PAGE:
Recently I’ve been tasked with the charge of getting women in my church to dig deeper into the Bible.
Wait, is that crazy?
First of all, they’re already going to church, so that should be enough, right? They’re getting a dose of Scripture consistently every Sunday. How could they have a need to dig deeper? Don’t people at church know how busy they are?
I’ll admit, I have this dream that my fellow Christian sisters are waking up in the morning, getting a hot cup of coffee, grabbing their Bible and their favorite devotional/journal and settling in on a couch or in a warm chair to have quiet time with the Lord.
And then the balloon pops and I sink back down to reality…not every woman is afforded that private time.
Some women have a set time they like to meet with God, others worship/pray/interact with Him on the morning commute, and others are woken up before the sun rises by little feet and these women aren’t able to get a cup of coffee until almost noon! (And yes, you may substitute any other hot beverage into my dream, I’m not opposed.)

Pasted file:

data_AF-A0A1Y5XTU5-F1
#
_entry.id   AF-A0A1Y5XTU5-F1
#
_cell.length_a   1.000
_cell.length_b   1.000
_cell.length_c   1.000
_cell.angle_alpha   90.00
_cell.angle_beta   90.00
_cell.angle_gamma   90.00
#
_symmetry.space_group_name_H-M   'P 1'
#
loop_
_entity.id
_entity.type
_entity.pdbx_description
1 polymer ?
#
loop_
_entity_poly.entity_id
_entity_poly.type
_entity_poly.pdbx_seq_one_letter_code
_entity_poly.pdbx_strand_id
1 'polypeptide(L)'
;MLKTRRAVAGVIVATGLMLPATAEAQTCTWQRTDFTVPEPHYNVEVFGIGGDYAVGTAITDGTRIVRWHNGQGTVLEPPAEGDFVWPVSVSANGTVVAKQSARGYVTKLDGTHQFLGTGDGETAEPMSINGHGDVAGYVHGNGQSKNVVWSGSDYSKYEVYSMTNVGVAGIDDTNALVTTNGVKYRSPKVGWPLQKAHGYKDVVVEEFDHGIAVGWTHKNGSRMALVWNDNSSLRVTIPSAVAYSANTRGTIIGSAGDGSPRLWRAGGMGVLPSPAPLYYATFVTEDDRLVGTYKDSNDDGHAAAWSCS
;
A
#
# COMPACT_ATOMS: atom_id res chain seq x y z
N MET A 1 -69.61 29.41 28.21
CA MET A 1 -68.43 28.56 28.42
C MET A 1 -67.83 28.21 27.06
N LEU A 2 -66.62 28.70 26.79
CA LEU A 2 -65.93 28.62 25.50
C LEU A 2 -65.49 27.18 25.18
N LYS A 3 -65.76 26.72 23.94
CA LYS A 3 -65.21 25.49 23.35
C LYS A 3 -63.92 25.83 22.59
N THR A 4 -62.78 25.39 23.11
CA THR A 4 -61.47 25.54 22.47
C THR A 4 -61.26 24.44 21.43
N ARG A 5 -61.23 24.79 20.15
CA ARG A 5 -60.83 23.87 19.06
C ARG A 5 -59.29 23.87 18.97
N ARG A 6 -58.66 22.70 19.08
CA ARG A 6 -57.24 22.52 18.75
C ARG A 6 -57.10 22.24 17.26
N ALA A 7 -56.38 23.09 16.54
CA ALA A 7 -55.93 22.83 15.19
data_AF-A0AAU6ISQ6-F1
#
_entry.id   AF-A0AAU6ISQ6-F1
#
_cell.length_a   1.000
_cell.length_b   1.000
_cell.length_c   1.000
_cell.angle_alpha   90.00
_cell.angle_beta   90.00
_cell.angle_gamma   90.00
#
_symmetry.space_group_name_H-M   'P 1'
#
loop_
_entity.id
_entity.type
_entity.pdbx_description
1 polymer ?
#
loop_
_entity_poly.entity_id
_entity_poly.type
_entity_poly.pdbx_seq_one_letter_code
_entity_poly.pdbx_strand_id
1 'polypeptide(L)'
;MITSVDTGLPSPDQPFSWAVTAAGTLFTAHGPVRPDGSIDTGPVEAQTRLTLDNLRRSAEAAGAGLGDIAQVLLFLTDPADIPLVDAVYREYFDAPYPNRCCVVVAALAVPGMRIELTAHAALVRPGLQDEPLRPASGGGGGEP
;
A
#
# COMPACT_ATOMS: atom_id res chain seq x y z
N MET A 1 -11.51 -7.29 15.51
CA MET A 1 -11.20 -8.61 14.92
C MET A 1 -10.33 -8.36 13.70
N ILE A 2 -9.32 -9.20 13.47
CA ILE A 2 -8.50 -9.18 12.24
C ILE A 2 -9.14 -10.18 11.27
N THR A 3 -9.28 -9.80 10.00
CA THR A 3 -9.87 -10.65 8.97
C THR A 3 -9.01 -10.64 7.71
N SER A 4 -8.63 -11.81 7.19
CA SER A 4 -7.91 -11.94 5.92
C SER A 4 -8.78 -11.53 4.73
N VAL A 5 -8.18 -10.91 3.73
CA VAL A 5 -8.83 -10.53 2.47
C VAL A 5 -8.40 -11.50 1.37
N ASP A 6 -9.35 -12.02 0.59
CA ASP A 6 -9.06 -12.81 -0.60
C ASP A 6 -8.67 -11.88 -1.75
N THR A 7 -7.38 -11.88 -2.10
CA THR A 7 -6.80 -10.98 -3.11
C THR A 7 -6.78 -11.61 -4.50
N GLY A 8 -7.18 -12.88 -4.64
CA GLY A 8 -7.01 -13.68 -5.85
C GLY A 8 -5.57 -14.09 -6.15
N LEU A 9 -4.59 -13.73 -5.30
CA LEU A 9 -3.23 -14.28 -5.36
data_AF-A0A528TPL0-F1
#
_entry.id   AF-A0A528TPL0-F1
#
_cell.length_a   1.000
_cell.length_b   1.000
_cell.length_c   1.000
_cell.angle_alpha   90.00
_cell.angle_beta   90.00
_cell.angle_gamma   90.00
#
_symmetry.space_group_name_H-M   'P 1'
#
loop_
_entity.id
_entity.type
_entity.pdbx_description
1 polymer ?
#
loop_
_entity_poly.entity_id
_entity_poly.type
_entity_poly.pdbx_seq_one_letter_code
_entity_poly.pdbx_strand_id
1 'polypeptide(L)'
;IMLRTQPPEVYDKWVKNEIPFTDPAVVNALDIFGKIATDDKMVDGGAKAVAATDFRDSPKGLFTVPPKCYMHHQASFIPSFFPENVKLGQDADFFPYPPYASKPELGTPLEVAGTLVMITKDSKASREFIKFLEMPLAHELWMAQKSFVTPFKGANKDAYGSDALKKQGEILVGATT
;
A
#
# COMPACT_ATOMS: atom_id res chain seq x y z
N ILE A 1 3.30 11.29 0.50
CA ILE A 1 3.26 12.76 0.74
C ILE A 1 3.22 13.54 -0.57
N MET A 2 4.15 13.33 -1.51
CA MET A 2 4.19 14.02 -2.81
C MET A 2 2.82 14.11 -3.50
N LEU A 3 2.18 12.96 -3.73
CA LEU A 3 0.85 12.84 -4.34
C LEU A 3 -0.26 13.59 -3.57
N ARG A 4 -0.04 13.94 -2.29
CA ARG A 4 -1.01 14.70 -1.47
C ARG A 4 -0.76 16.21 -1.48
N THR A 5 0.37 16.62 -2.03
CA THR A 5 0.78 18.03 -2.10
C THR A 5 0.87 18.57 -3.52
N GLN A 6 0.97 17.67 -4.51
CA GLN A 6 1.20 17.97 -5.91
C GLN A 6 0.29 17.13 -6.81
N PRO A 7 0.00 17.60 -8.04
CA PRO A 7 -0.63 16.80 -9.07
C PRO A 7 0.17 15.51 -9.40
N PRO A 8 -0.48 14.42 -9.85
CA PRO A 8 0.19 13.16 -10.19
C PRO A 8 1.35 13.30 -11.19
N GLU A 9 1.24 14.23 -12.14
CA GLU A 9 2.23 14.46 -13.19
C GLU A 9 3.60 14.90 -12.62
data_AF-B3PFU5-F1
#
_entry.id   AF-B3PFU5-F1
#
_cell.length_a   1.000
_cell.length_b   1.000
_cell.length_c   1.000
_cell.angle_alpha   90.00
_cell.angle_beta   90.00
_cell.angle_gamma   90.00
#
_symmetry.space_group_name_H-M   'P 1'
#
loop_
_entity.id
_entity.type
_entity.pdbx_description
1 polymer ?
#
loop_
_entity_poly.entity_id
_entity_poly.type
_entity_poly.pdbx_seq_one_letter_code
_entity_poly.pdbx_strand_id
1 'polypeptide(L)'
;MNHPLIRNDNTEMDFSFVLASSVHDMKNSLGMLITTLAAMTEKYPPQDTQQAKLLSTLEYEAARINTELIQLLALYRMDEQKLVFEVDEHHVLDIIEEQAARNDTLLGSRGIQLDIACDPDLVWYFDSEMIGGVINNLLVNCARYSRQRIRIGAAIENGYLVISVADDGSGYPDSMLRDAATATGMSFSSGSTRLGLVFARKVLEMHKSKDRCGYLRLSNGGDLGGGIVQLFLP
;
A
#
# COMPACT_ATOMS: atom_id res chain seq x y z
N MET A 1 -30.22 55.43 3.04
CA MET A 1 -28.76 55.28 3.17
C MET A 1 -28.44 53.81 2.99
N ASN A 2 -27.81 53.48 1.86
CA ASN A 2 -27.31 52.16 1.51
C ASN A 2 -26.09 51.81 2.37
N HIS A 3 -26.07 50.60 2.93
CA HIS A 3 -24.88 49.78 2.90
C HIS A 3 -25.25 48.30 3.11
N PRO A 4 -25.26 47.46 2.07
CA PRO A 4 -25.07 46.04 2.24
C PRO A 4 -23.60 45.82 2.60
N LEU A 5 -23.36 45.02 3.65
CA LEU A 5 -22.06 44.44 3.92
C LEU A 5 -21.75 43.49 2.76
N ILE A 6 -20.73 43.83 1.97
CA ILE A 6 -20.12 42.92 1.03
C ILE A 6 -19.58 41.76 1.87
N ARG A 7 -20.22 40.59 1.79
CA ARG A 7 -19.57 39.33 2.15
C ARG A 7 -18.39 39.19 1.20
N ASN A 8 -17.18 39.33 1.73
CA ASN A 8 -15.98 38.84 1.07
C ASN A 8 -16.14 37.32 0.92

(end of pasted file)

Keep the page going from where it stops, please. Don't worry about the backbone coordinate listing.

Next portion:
Hence, why I need to figure out ways of helping women to meet with God on a regular basis. I have a desire to help them so that their souls can be filled, their days aligned with His will and their hearts ready for obedience. And let’s be honest, whether or not we have a ritualistic quiet time every morning, or we read a week’s worth of OUR DAILY BREAD, the first step is recognizing a need to stop the rush of the world to hear Him through His Word.
To get personal for a second, I truly realized just this year that my prayer time needs to be more consistent. I was very good at rushing into the day and doing what I thought was right, and many times I failed because I hadn’t spent time speaking with the Lord, waiting for His response, or reading His truths. That kind of disconnection is unacceptable as a believer. Truly. Paul says we are runners in a race and as runners, we have to train. The more we train, the easier it gets. But we can be spiritually out of shape. That lack of connection to God should push us to desire Him more. That sensing of the Holy Spirit that guides our steps should be missed when we aren’t hearing Him.
As a quick sidebar, I have often thought about the ways that God chooses to interact with us. At the onset of Creation, the Bible explains that God was present, He walked with Adam and Eve in the Garden of Eden and was verbally relational (see Genesis chapters two and three). Throughout the many MANY years since the beginning of Creation, God has continued to be present. After the Fall, He manifested in different ways (burning bush, cloud of fire, thunder, lightning, etc.) but never forsook humans. Even before Jesus came, God resided in the Temple. The Messiah, Jesus, came and was God in human flesh. When Jesus left after His atonement work was finished, He promised to give us a Comforter, to empower us so that we could do God’s work and never be alone.